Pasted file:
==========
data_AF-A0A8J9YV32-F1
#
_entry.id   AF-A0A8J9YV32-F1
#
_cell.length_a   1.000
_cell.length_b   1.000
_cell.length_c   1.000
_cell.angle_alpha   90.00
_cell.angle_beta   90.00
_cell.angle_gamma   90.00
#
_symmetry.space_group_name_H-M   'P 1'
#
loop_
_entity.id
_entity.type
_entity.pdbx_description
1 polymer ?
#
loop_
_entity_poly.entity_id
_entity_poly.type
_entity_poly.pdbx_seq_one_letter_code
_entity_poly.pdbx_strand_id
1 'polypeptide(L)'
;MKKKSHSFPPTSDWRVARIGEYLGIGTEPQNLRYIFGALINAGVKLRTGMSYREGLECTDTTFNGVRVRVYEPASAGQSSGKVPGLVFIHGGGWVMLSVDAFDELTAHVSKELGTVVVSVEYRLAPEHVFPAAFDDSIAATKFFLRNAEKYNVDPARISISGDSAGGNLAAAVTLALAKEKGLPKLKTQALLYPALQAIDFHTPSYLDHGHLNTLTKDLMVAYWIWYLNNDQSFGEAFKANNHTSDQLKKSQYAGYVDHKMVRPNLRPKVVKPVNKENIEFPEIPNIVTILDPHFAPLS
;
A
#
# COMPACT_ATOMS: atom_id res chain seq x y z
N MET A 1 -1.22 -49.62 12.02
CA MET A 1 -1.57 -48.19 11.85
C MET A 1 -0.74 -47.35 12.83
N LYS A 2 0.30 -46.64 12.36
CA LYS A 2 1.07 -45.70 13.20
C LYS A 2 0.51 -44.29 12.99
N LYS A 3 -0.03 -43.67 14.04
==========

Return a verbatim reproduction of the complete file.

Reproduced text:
data_AF-A0A8J9YV32-F1
#
_entry.id   AF-A0A8J9YV32-F1
#
_cell.length_a   1.000
_cell.length_b   1.000
_cell.length_c   1.000
_cell.angle_alpha   90.00
_cell.angle_beta   90.00
_cell.angle_gamma   90.00
#
_symmetry.space_group_name_H-M   'P 1'
#
loop_
_entity.id
_entity.type
_entity.pdbx_description
1 polymer ?
#
loop_
_entity_poly.entity_id
_entity_poly.type
_entity_poly.pdbx_seq_one_letter_code
_entity_poly.pdbx_strand_id
1 'polypeptide(L)'
;MKKKSHSFPPTSDWRVARIGEYLGIGTEPQNLRYIFGALINAGVKLRTGMSYREGLECTDTTFNGVRVRVYEPASAGQSSGKVPGLVFIHGGGWVMLSVDAFDELTAHVSKELGTVVVSVEYRLAPEHVFPAAFDDSIAATKFFLRNAEKYNVDPARISISGDSAGGNLAAAVTLALAKEKGLPKLKTQALLYPALQAIDFHTPSYLDHGHLNTLTKDLMVAYWIWYLNNDQSFGEAFKANNHTSDQLKKSQYAGYVDHKMVRPNLRPKVVKPVNKENIEFPEIPNIVTILDPHFAPLS
;
A
#
# COMPACT_ATOMS: atom_id res chain seq x y z
N MET A 1 -1.22 -49.62 12.02
CA MET A 1 -1.57 -48.19 11.85
C MET A 1 -0.74 -47.35 12.83
N LYS A 2 0.30 -46.64 12.36
CA LYS A 2 1.07 -45.70 13.20
C LYS A 2 0.51 -44.29 12.99
N LYS A 3 -0.03 -43.67 14.04